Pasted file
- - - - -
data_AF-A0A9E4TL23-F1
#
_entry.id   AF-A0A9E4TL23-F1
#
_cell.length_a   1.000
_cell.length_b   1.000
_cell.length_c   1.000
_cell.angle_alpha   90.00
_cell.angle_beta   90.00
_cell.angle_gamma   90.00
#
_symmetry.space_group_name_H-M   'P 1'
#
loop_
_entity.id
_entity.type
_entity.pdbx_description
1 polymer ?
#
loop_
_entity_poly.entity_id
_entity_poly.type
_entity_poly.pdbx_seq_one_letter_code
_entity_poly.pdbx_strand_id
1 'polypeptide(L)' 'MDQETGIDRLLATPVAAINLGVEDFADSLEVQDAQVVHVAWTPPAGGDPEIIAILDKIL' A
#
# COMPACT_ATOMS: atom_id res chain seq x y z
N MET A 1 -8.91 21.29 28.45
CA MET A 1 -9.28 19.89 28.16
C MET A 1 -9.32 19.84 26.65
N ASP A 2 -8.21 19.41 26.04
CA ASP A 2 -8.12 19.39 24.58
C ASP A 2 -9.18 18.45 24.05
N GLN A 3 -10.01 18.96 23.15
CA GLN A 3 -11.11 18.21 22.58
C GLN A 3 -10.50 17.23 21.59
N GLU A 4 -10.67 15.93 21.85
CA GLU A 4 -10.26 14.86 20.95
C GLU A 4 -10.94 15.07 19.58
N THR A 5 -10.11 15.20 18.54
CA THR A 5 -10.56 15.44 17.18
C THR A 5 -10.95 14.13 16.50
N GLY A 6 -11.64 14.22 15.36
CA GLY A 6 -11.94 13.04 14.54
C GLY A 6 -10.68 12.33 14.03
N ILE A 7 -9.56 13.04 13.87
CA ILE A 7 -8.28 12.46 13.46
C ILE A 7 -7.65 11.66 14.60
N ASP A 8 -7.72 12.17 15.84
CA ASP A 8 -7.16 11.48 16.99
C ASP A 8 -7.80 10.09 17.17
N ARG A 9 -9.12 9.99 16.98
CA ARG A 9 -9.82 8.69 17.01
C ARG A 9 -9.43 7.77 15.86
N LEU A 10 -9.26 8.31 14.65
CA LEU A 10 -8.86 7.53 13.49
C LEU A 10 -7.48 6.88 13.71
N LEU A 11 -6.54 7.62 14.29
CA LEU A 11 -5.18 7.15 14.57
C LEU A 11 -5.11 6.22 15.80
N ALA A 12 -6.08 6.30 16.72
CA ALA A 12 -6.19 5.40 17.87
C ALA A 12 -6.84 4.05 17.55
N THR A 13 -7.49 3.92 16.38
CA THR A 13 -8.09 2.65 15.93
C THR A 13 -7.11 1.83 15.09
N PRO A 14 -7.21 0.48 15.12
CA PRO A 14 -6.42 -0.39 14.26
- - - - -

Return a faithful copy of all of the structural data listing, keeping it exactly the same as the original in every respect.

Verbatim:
data_AF-A0A9E4TL23-F1
#
_entry.id   AF-A0A9E4TL23-F1
#
_cell.length_a   1.000
_cell.length_b   1.000
_cell.length_c   1.000
_cell.angle_alpha   90.00
_cell.angle_beta   90.00
_cell.angle_gamma   90.00
#
_symmetry.space_group_name_H-M   'P 1'
#
loop_
_entity.id
_entity.type
_entity.pdbx_description
1 polymer ?
#
loop_
_entity_poly.entity_id
_entity_poly.type
_entity_poly.pdbx_seq_one_letter_code
_entity_poly.pdbx_strand_id
1 'polypeptide(L)' 'MDQETGIDRLLATPVAAINLGVEDFADSLEVQDAQVVHVAWTPPAGGDPEIIAILDKIL' A
#
# COMPACT_ATOMS: atom_id res chain seq x y z
N MET A 1 -8.91 21.29 28.45
CA MET A 1 -9.28 19.89 28.16
C MET A 1 -9.32 19.84 26.65
N ASP A 2 -8.21 19.41 26.04
CA ASP A 2 -8.12 19.39 24.58
C ASP A 2 -9.18 18.45 24.05
N GLN A 3 -10.01 18.96 23.15
CA GLN A 3 -11.11 18.21 22.58
C GLN A 3 -10.50 17.23 21.59
N GLU A 4 -10.67 15.93 21.85
CA GLU A 4 -10.26 14.86 20.95
C GLU A 4 -10.94 15.07 19.58
N THR A 5 -10.11 15.20 18.54
CA THR A 5 -10.56 15.44 17.18
C THR A 5 -10.95 14.13 16.50
N GLY A 6 -11.64 14.22 15.36
CA GLY A 6 -11.94 13.04 14.54
C GLY A 6 -10.68 12.33 14.03
N ILE A 7 -9.56 13.04 13.87
CA ILE A 7 -8.28 12.46 13.46
C ILE A 7 -7.65 11.66 14.60
N ASP A 8 -7.72 12.17 15.84
CA ASP A 8 -7.16 11.48 16.99
C ASP A 8 -7.80 10.09 17.17
N ARG A 9 -9.12 9.99 16.98
CA ARG A 9 -9.82 8.69 17.01
C ARG A 9 -9.43 7.77 15.86
N LEU A 10 -9.26 8.31 14.65
CA LEU A 10 -8.86 7.53 13.49
C LEU A 10 -7.48 6.88 13.71
N LEU A 11 -6.54 7.62 14.29
CA LEU A 11 -5.18 7.15 14.57
C LEU A 11 -5.11 6.22 15.80
N ALA A 12 -6.08 6.30 16.72
CA ALA A 12 -6.19 5.40 17.87
C ALA A 12 -6.84 4.05 17.55
N THR A 13 -7.49 3.92 16.38
CA THR A 13 -8.09 2.65 15.93
C THR A 13 -7.11 1.83 15.09
N PRO A 14 -7.21 0.48 15.12
CA PRO A 14 -6.42 -0.39 14.26